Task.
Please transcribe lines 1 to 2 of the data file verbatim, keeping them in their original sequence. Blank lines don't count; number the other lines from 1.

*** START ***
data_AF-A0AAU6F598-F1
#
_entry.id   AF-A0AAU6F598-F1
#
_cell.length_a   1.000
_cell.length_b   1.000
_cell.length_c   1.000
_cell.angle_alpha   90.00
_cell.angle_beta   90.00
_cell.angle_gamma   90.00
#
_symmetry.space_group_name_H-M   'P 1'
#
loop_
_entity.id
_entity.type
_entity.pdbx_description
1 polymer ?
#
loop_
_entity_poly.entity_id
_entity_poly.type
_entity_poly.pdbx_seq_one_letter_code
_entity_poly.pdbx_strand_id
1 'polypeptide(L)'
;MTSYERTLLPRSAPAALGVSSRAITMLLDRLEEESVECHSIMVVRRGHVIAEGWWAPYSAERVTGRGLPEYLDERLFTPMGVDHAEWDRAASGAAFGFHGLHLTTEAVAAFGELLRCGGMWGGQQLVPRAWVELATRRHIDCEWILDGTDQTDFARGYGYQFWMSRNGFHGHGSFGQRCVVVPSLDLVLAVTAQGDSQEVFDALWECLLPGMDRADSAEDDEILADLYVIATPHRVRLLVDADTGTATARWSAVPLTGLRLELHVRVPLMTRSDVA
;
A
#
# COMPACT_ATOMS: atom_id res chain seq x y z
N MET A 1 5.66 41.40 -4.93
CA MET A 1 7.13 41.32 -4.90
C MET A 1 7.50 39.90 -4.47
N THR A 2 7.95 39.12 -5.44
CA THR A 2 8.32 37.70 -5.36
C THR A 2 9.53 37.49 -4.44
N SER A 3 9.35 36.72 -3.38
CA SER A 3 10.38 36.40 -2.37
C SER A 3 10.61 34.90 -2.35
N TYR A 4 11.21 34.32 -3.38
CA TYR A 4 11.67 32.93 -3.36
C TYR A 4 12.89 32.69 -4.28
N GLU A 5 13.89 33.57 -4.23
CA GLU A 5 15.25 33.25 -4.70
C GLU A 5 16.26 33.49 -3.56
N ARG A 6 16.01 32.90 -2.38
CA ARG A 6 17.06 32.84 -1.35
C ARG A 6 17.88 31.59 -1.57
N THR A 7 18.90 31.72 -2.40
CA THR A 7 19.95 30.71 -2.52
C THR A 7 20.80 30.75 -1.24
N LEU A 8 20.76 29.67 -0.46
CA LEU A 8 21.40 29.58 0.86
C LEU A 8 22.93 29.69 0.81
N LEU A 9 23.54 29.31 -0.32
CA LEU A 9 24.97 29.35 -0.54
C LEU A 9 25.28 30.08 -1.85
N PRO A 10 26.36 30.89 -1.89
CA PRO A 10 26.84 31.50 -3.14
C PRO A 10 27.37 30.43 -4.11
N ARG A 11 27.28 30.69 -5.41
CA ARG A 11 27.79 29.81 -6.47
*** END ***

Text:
data_AF-A0AAU6F598-F1
#